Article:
In July 2021, internet and social media users indulged in some mass, collective schadenfreude by enthusiastically sharing what appeared to be an embarrassing Twitter exchange labelled a chronic case of “mansplaining.”
Screenshots of the interaction appeared to show a Twitter user scolding a female competitive pistol shooter, Vitalina Batsarashkina, for her one-handed shooting stance, despite the fact that the stance is required by the rules of the sport, and Batsarashkina is an Olympic champion pistol shooter.
On Reddit, a July 29 post bore the caption, “The internet is full of know-it-alls that actually know very little,” along with what appeared to be a screenshot of a Twitter exchange in which one user posted a photograph of a female shooter aiming a pistol with one hand in her pocket, adding, “I am obsessed with the stance on this sharpshooter.” A different user appears to have replied: “That will have a huge recoil theres [sic] a reason why people tell you to hold the gun with both hands.” A third Twitter user replied, in turn: “You know she won gold right?”
On Facebook, users posted the same or similar screenshots en masse. The screenshot below shows just a selection of those posts, and demonstrates the popularity of the unfortunate exchange, on that platform:
While screenshots of the exchange were readily available online in July 2021, a search for the phrase “That will have a huge recoil theres a reason why people tell you to hold the gun with both hands” yielded no results on Twitter. However, Snopes can confirm that the tweet was posted on July 26, and the exchange was therefore authentic. As such, we are issuing a rating of “Correct Attribution.”
The Twitter user in question, @AintNathiel, posted the scolding message in response to @Blankzilla’s widely shared photograph of Batsarashkina, but @AintNathiel’s account was subsequently suspended, hence the original tweet is no longer available. However, a cached version of the exchange, which definitively establishes its authenticity, can be found here:
We asked Twitter why @AintNathiel’s account had been suspended, but we did not receive a response in time for publication.
The photograph itself is also authentic. Although it was shared widely in the context of the Tokyo Olympics in 2021, it was actually taken during the Rio Olympics, on Aug. 7, 2016, by Getty photographer Sam Greenwood. The original can be found here and bears the following caption:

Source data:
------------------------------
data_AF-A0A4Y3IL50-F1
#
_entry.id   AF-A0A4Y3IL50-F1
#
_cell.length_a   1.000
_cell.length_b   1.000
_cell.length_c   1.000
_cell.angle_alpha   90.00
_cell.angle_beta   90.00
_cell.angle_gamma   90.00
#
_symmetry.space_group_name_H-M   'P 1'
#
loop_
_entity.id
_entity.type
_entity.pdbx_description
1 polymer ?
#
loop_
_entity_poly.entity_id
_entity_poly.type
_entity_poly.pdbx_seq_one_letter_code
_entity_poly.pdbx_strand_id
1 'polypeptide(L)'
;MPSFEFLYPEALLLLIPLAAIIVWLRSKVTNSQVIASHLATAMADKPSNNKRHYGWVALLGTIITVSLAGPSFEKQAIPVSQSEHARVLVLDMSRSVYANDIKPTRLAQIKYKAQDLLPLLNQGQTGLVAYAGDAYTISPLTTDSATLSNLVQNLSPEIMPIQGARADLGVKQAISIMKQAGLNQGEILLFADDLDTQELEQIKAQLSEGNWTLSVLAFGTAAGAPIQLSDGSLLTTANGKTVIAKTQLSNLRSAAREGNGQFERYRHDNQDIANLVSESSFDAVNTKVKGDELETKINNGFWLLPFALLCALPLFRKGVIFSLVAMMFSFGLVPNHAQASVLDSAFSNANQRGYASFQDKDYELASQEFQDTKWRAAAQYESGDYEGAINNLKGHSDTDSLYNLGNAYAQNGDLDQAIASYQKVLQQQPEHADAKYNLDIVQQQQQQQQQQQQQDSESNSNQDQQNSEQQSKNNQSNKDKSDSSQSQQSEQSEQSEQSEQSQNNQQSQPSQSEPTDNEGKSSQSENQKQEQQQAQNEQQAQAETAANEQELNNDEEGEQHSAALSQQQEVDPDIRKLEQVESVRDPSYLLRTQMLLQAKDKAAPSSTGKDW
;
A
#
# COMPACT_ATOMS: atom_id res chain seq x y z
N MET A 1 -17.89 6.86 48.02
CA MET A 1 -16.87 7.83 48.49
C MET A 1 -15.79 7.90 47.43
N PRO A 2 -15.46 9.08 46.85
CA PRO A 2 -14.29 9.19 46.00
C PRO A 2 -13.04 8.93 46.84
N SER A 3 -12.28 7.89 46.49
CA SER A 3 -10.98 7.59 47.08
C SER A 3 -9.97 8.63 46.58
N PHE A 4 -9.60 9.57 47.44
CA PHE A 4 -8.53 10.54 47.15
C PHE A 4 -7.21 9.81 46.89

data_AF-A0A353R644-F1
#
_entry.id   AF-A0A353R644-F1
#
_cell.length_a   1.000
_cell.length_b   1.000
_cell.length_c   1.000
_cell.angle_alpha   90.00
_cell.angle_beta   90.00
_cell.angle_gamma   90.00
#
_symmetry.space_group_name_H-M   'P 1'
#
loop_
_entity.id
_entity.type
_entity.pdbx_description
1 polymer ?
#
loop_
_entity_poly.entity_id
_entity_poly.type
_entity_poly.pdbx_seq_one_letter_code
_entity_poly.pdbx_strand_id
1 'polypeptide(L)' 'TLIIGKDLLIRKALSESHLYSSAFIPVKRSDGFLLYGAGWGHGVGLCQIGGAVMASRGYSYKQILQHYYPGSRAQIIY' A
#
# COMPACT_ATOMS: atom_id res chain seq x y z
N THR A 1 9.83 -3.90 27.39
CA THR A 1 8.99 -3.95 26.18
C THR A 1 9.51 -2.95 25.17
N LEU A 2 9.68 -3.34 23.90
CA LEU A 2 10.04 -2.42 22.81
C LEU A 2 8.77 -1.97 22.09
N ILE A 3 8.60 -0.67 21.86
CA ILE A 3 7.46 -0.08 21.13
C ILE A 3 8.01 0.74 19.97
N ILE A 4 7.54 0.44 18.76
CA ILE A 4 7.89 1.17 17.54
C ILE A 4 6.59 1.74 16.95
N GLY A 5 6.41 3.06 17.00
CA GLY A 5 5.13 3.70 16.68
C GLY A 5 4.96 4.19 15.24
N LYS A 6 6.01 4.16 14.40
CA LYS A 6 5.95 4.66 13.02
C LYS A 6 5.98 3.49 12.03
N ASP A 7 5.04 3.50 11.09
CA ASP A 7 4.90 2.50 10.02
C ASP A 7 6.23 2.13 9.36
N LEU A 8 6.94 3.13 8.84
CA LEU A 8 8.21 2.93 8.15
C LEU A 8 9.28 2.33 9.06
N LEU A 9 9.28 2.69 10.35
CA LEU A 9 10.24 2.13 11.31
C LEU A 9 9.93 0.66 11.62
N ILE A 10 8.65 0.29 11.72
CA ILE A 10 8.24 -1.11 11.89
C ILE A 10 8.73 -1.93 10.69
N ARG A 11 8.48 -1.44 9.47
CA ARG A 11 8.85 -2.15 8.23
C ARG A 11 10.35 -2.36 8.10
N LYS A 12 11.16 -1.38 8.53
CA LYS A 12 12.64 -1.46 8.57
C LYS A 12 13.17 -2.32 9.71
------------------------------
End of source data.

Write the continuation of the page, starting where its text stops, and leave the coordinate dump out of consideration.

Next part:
Vitalina Batsarashkina of Russia competes during the the Women’s 10m Air Pistol event during the shooting competition on Day 2 of the Rio 2016 Olympic Games at the Olympic Shooting Centre on August 7, 2016 in Rio de Janeiro, Brazil.
Batsarashkina would go on to win a silver medal in the 10m air pistol final in 2016. In Tokyo, five years later, she dominated the women’s pistol shooting events, winning gold in both the 10m air pistol and 25m pistol events and setting Olympic records in both. The 24-year-old also won a silver medal in the 10m mixed team final, reportedly becoming the first woman ever to win three shooting medals at a single Olympic games. Her victory in the 25m pistol final can be watched below:
In light of those facts, it’s fair to assume that Batsarashkina knows her way around a shooting course, and knows exactly how to handle an air pistol — and how not to handle one. In any event, the one-handed stance shown in @Blankzilla’s widely shared tweet was not a style choice on the part of Batsarashkina, but rather something all competitors are required to use.
Chapter 8.7.1 of the rules of the sport — set out by the International Shooting Sport Federation and available here — states that in all pistol shooting disciplines:
The athlete must stand free, without any artificial or other support, with both feet and/or shoes completely within the firing point. The pistol must be held and fired with one (1) hand only. The wrist must be visibly free of support. [Emphasis is added].
The one-handed stance is therefore a universal requirement for all shooters. Some competitors place their non-shooting hand in their pocket (as Batsarashkina did in the picture in question) while others choose to suspend it in a strap around their waist, as shown in the photograph below, which was taken during the women’s 25m pistol competition in Tokyo: